Yet still it breaks my heart,
that I have –
that one could –
that I have found
I understand, almost
the meaning of
the sounds: the boy
The operative word, which will no doubt blindside readers, is the understated, heartrending “almost.”
The fiercely imaginative “Falling Out of Time” ought to have something of a familiar feel to those who follow the writer’s work. Grossman’s debut novel, “The Smile of the Lamb” (Hebrew publication 1983) – the first English-translated Israeli novel I know of to be set in the West Bank – features a young soldier who befriends, but is soon held hostage by, an elderly, virtually blind Palestinian teller of strange, circuitous tales. Though beguilingly languid, the tales are relentlessly compelling, even haunting. Grossman’s second novel, “See Under: Love” (1986), is a brave and brilliant experiment in creative reimagination. It begins with an Israeli child growing up saturated in memories of the Holocaust, and before it ends with a weird and fanciful set of encyclopedia entries about the heroes of children’s books, it rescues the Polish writer Bruno Schulz, himself a master stylist (“The Street of Crocodiles”), from death by turning him into a salmon.
“Falling Out of Time” resembles a prose poem or a play more than it does a novel, as it returns repeatedly to questions about the nature and meaning of loss. Like a religious incantation, this extraordinary work helps persuade us that “death is more than the … opposite of life,” and that “the power of memory,” though “great and heavy,” need not always have “a paralyzing effect.”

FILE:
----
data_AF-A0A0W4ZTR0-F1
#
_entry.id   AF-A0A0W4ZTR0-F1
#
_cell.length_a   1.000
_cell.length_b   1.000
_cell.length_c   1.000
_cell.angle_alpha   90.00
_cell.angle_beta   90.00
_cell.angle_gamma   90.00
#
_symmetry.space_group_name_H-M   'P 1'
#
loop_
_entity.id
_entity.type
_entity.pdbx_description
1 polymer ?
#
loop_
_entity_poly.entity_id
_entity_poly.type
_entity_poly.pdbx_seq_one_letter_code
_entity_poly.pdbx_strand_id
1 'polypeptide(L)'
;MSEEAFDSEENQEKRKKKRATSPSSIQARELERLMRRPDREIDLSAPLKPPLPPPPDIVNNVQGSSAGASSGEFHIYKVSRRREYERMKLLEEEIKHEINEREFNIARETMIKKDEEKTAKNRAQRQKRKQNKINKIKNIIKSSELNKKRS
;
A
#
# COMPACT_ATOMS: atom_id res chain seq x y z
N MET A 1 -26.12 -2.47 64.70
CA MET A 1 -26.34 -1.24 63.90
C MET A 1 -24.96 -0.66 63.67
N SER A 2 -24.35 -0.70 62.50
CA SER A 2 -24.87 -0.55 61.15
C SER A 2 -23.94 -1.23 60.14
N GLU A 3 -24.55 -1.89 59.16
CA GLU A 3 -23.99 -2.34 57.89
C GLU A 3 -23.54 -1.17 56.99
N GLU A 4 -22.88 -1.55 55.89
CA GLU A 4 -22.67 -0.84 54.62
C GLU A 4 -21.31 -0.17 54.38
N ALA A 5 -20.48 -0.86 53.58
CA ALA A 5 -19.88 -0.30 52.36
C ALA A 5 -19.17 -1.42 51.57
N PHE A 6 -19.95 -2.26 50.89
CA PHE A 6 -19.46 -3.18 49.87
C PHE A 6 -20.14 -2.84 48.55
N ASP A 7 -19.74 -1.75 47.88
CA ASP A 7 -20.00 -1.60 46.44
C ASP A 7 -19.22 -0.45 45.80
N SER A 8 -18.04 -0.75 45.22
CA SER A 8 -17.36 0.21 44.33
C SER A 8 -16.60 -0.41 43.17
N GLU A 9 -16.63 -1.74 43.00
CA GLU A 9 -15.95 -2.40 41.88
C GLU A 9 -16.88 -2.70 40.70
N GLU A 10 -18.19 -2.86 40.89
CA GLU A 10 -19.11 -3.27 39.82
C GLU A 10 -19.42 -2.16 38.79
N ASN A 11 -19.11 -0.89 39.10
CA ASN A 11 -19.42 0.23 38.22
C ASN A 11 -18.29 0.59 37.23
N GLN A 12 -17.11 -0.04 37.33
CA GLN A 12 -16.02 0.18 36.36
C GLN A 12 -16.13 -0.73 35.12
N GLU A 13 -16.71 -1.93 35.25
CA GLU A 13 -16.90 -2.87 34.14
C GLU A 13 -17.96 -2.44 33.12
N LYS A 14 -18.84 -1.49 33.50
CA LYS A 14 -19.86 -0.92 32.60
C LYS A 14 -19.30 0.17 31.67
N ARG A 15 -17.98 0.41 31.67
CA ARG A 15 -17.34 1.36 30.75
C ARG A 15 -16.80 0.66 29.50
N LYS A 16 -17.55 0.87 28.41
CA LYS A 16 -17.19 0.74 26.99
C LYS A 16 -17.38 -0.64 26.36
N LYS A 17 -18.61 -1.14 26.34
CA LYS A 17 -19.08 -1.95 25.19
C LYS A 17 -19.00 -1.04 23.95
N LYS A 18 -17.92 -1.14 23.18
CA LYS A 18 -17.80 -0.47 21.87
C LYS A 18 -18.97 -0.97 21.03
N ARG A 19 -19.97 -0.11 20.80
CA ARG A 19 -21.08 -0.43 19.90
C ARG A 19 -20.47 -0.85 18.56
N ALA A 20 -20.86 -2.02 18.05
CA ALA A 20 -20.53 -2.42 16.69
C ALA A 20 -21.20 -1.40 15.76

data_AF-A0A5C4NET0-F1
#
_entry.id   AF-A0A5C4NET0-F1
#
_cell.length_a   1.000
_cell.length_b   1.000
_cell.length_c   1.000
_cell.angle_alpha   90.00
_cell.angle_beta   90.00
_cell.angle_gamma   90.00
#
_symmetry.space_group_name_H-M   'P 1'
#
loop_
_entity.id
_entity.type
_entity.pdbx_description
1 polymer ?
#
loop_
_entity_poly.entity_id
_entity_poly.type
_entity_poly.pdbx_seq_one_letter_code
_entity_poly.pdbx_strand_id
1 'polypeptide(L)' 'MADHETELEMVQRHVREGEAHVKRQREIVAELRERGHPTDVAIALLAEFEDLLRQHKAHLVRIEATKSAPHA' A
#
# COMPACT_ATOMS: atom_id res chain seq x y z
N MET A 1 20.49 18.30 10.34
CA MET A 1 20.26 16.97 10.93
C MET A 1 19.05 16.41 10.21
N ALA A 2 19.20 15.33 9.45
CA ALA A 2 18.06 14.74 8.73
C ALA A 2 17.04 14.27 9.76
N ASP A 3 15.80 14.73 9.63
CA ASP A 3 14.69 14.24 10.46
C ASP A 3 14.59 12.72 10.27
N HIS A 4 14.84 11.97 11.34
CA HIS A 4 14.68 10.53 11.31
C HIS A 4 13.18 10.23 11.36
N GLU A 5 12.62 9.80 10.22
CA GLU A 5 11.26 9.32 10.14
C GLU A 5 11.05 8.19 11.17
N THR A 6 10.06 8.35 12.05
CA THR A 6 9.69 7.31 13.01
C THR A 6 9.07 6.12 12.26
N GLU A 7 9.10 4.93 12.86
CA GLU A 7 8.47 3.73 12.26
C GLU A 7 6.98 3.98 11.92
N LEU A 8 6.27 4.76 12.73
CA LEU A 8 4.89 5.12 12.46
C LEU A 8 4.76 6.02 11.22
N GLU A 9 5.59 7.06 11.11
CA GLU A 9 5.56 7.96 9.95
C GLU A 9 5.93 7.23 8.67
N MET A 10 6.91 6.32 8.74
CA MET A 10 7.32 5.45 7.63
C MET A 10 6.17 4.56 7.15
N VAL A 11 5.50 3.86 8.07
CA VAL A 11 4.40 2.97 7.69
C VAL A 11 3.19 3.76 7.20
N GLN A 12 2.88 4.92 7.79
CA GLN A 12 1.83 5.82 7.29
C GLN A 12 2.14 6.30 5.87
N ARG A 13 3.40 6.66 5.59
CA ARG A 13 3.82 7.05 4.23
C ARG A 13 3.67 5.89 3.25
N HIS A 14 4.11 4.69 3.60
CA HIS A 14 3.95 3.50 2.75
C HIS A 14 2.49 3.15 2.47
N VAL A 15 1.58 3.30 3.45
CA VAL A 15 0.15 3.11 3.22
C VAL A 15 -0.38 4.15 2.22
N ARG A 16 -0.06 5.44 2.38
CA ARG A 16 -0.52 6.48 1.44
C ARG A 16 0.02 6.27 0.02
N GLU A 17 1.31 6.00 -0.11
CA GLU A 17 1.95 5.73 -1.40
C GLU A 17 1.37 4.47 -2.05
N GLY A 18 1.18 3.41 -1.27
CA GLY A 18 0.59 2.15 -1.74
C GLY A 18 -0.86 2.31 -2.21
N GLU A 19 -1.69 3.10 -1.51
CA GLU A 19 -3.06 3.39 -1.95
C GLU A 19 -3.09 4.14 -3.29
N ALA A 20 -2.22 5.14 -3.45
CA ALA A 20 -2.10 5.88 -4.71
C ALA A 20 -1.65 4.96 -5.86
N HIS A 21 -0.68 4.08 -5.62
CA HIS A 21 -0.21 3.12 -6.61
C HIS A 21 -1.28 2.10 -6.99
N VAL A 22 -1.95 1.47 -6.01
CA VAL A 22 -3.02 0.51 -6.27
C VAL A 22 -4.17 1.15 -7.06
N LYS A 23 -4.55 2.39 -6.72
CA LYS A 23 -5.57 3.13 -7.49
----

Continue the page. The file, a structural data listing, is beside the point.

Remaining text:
Grossman told an interviewer for The Paris Review in 2007 that he occasionally likes to write an “entertaining” book – “The Zigzag Kid” (1994), for example. But Grossman takes literature seriously, and when he writes “a certain kind of book,” such as “Falling Out of Time,” he is “dealing with explosives,” the kind that can change a reader’s life,” and the author’s, too. To write these books, Grossman said he needs “to go to the place within me that is cracked, that is fragile, that is not taken for granted. I come out of these books devastated.” He doesn’t complain, however, because, as he puts it, “this is how books should be written.” Indeed.
Gerald Sorin is a professor of American and Jewish studies at the State University of New York, New Paltz. His most recent book, “Howard Fast: Life and Literature in the Left Lane” (Indiana University Press), won a National Jewish Book Award.